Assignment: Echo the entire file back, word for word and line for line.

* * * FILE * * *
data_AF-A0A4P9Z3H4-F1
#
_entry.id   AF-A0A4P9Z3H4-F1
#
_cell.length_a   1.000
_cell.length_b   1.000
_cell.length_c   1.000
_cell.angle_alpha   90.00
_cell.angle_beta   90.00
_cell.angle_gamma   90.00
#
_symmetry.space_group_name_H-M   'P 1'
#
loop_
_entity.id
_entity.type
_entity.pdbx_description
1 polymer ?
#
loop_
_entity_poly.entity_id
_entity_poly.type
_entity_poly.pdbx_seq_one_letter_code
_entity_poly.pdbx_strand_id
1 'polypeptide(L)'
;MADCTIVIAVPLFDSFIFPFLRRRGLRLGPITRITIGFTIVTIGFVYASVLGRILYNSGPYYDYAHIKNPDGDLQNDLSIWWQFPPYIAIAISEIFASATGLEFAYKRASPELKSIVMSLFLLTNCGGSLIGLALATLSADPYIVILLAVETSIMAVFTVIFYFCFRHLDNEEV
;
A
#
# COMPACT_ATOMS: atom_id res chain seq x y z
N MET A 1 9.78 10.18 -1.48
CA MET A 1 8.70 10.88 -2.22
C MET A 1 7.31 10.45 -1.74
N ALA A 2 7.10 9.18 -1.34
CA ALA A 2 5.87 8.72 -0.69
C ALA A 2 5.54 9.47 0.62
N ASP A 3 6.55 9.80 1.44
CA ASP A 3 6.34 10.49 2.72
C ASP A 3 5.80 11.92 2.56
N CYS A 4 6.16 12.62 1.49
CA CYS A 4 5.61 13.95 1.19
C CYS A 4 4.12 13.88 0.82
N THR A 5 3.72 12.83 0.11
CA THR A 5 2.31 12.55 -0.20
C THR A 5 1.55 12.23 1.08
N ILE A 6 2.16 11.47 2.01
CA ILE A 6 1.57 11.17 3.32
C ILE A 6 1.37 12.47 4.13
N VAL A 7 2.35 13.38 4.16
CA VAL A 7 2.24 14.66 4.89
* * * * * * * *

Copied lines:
data_AF-A0A4P9Z3H4-F1
#
_entry.id   AF-A0A4P9Z3H4-F1
#
_cell.length_a   1.000
_cell.length_b   1.000
_cell.length_c   1.000
_cell.angle_alpha   90.00
_cell.angle_beta   90.00
_cell.angle_gamma   90.00
#
_symmetry.space_group_name_H-M   'P 1'
#
loop_
_entity.id
_entity.type
_entity.pdbx_description
1 polymer ?
#
loop_
_entity_poly.entity_id
_entity_poly.type
_entity_poly.pdbx_seq_one_letter_code
_entity_poly.pdbx_strand_id
1 'polypeptide(L)'
;MADCTIVIAVPLFDSFIFPFLRRRGLRLGPITRITIGFTIVTIGFVYASVLGRILYNSGPYYDYAHIKNPDGDLQNDLSIWWQFPPYIAIAISEIFASATGLEFAYKRASPELKSIVMSLFLLTNCGGSLIGLALATLSADPYIVILLAVETSIMAVFTVIFYFCFRHLDNEEV
;
A
#
# COMPACT_ATOMS: atom_id res chain seq x y z
N MET A 1 9.78 10.18 -1.48
CA MET A 1 8.70 10.88 -2.22
C MET A 1 7.31 10.45 -1.74
N ALA A 2 7.10 9.18 -1.34
CA ALA A 2 5.87 8.72 -0.69
C ALA A 2 5.54 9.47 0.62
N ASP A 3 6.55 9.80 1.44
CA ASP A 3 6.34 10.49 2.72
C ASP A 3 5.80 11.92 2.56
N CYS A 4 6.16 12.62 1.49
CA CYS A 4 5.61 13.95 1.19
C CYS A 4 4.12 13.88 0.82
N THR A 5 3.72 12.83 0.11
CA THR A 5 2.31 12.55 -0.20
C THR A 5 1.55 12.23 1.08
N ILE A 6 2.16 11.47 2.01
CA ILE A 6 1.57 11.17 3.32
C ILE A 6 1.37 12.47 4.13
N VAL A 7 2.35 13.38 4.16
CA VAL A 7 2.24 14.66 4.89